Paterson JM, Morton NM, Fievet C, Kenyon CJ, Holmes MC, Stales B, Seckl JR, Mullins JJ: Metabolic syndrome without obesity: hepatic overexpression of 11beta-hydroxysteroid dehydrogenase type 1 in transgenic mice. Proc Natl Acad Sci USA. 2004, 101: 7088-7093. 10.1073/pnas.0305524101
We are grateful to Dr.B.Sesikiran, Director, of the institute for constant encouragement during the conduct of the study. Mr.S.S.S.V.Prasad thanks the Council for Scientific and Industrial Research (CSIR), India for the award of a research fellowship. Mr. S.M. Jeya Kumar was acknowledged for helping in HPLC work.
The authors declare that they have no competing interests.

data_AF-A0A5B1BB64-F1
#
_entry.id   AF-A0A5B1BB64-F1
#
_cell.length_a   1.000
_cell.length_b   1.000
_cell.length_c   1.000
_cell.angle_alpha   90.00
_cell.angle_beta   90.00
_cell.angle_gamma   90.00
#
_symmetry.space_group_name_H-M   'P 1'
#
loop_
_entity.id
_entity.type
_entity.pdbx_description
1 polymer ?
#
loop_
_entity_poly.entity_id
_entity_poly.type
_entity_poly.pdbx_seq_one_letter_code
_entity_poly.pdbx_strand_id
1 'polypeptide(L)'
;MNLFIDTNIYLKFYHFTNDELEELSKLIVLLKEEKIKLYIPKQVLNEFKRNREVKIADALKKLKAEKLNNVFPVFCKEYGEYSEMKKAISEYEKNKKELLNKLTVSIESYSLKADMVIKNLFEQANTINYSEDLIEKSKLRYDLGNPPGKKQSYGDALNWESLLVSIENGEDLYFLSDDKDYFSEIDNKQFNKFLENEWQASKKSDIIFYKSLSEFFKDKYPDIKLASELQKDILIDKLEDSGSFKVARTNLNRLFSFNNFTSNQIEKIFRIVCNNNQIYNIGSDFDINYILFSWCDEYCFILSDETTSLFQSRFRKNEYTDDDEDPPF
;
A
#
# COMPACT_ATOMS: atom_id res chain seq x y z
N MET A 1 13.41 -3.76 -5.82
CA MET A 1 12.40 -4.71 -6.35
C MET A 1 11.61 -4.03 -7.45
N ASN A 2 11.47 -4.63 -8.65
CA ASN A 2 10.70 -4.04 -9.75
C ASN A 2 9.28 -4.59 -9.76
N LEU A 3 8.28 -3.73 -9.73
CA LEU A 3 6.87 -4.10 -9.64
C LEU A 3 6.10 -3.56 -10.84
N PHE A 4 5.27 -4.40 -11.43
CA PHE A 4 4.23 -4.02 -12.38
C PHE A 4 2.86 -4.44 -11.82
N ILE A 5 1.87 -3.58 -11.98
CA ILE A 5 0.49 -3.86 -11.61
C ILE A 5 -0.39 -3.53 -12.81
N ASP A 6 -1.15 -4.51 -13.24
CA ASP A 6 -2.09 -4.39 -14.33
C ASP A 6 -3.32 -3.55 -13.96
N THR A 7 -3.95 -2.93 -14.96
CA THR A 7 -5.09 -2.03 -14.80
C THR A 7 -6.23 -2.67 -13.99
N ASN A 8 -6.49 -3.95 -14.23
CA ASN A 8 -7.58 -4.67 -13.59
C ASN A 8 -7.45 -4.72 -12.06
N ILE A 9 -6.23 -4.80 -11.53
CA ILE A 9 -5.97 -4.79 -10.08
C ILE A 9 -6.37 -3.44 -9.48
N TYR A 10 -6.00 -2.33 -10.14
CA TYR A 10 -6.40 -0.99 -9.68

Authors' contributions and information
SSSVP involved in the animal handling, tissue dissection, plasma assays, and enzyme assay and prepared the first draft. AP and JSR involved in cytokine assays, PKC involved in the enzyme assay. GNV involved in the animal breeding and provided WNIN/Ob obese rats. VA drafted the manuscript and had overall supervision and gave final approval of the manuscript to be published. All authors have read and approved the final manuscript.
Authors’ original submitted files for images
Below are the links to the authors’ original submitted files for images.